Last updated on May 16th, 2016
I can’t play the violin. I can’t dance like Justin Bieber. But I can produce a fantastic sourdough boule! By “fantastic,” I mean a boule that boasts a crackling-crisp crust, a soft, chewy interior, and a tart, tangy flavor. Watch me make this blissful bliss:
Note: Sourdough bread gets its yeasty rise (and its tangy taste) from wild yeast, or “sourdough starter.” You can make your own starter, just as I do. Here’s the simple, 2-ingredient recipe.
Another note: The day before you plan to bake, be sure to feed your starter every 8-12 hours, or until you have at least 2 1/2 cups. You’ll need 2 cups of starter for the following loaf. (The extra 1/2 cup will insure that you don’t run out of starter!)
Yet another note: Because I’m a lazy baker, I used a standing mixer (outfitted with a dough hook) to mix and knead this bread. But you can roll up your sleeves, and prepare the dough entirely by hand.
Now add two cups sourdough starter. My starter was created on March 5, 2015, so it is now 45 days old, which, as sourdough starters go, isn’t old at all. But during this time it has developed a tantalizingly tangy, and somewhat alcoholic aroma.
I have a slightly alcoholic aroma too. But only on Friday evenings.
And knead the dough at “low” speed until the flour disappears. Then boost the speed to “medium” (number 4 on my KitchenAid model), and knead until the dough becomes smooth and elastic, but still tacky to the touch — 5-7 minutes.
Scrape the dough into a large, lightly greased bowl. Then flip the dough to grease its other side. Cover the bowl with plastic wrap, and place it in a warm location until doubled in volume — 2-3 hours.
Tip: The dough will rise no matter where you place it. But in a cool location, it might take 7-8 hours double in volume.
Another Tip: If you are an anxious baker, just do what I do, and place the bowl on a common heating pad. Set the pad to its lowest heat-setting.
While the dough is rising, fetch a common colander, and place it on your work surface.
Then grab a blue and white tea towel…
And rub it with flour.
Line the colander with the floured towel.
When the dough has doubled in volume, punch it down.
Don’t pretend you don’t covet my bracelet.
Now pat the dough out on a lightly floured surface…
And form it into a ball, or “boule.”
Then set the boule seam-side-down in the prepared colander.
Cover the colander with a green and white tea towel, and set the works in a warm place until the dough doubles in volume — 45-60 minutes.
While the boule is rising, grab a heavy pot with a lid (I used my 7 quart enameled cast-iron Dutch oven), and set it on the center rack of the oven. Preheat the oven to 450°F.
When the boule is ready, scatter a little flour or cornmeal over the top…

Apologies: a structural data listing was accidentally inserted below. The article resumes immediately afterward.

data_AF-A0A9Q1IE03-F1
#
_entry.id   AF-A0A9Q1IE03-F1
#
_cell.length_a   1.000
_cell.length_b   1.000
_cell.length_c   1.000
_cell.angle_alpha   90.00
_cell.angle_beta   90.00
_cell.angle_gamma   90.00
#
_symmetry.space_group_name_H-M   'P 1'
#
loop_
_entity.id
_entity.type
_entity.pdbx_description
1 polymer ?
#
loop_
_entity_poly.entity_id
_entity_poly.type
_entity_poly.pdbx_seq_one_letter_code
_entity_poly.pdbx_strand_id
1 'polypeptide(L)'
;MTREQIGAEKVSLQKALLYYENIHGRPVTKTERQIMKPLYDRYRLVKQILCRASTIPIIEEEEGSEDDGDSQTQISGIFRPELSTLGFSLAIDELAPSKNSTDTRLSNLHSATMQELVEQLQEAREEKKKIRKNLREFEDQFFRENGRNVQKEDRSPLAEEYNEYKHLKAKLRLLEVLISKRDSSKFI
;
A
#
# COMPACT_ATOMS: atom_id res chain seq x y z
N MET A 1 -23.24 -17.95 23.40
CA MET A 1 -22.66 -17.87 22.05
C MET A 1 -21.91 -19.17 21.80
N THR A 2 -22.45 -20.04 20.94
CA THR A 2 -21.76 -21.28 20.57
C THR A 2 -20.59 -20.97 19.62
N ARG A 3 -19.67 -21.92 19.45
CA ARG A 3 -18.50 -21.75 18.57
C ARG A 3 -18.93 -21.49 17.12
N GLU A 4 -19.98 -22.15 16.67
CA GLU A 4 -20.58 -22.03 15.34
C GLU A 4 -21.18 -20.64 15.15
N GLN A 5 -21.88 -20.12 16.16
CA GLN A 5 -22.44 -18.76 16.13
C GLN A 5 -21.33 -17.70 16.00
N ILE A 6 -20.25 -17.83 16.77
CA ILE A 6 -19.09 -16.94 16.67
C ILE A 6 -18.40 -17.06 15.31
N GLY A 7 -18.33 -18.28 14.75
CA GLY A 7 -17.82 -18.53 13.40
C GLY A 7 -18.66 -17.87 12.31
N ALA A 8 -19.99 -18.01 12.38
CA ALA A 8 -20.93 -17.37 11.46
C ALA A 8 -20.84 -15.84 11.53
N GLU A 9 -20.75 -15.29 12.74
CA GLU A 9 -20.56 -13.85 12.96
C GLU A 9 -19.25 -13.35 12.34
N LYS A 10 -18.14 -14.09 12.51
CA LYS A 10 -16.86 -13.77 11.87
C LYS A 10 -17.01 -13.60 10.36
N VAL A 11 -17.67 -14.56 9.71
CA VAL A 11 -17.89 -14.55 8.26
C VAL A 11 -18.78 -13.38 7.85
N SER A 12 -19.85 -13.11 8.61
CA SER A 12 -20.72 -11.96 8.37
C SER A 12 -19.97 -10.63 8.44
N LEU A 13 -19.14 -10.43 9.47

Remove the preheated pot from the oven. Then gently lift the towel, and use it to flip the dough into the pot, the seam-side now facing up. Don’t fret if some of the dough sticks to the towel. Cover the pot, and return it to the oven for exactly 30 minutes.
Then uncover the pot, lower the oven temperature to 400°F, and bake until the crust bronzes and splits at the seams — exactly 15 minutes. Transfer the bread to a wire rack to cool.
Lily is in full agreement with our decision.
Think you’ll give this crispy, crackling, Crusty Sourdough Boule a try? You can let me know by leaving a comment.
Meantime, here’s the copy-and-paste:
Crusty Sourdough Boule
Kevin Lee Jacobs (www.kevinleejacobs.com)
Ingredients for 1 loaf (approximately 1 1/2 lbs.)
3 cups all-purpose or “plain” flour (plus extra for dusting)
1 1/2 teaspoons kosher salt
2 cups fully-active sourdough starter
1 cup warm (110°F) water
Special equipment: A standing mixer; a large, lightly-greased bowl for rising the dough; a colander; 2 tea towels, and a 5-7 quart oven-proof pot with a lid (enameled cast iron is ideal)
Tip the flour and salt into the bowl of the standing mixer, and blend at “low” speed for 15 seconds. Add the sourdough starter and water, and blend at low-speed just until the flour disappears into the liquid ingredients. Then increase the speed to “medium,” and knead until the dough becomes smooth and elastic — 5-7 minutes.
Scrape the dough into the greased bowl, then invert the dough to grease its other side. Cover the bowl with plastic wrap. Set the bowl in a warm location until the dough doubles in volume — 2-3 hours.
Meanwhile, dust one of the tea towels with 2 tablespoons of flour. Rub the flour into the towel, and then arrange it as liner in the colander.
When the dough has doubled in volume, punch it down. Then scrape the dough onto a lightly-floured surface, and pat it out. Form the dough into a ball, and place it, seam-side-down, into the lined colander. Cover the colander with the second tea towel. Let the dough rise until doubled in volume — 45 minutes to 1 hour.
While the dough is rising, place the pot (covered with its lid) on the center rack of the oven. Preheat the oven to 450°F.
Remove the pot from the oven, and place it on your work surface. Then gently pick up the floured towel, and use it to flip the dough into the pot, the seam now facing up. (Don’t worry if some of the dough sticks to the towel.) Shake the pot to help center the dough. Immediately cover the pot, and return it to the oven. Bake for exactly 30 minutes. Then uncover the pot, lower the oven temperature to 400°F, and bake until the crust turns bronze and splits at the seams — 15 minutes.
Transfer the boule to a wire rack. Let cool completely before slicing.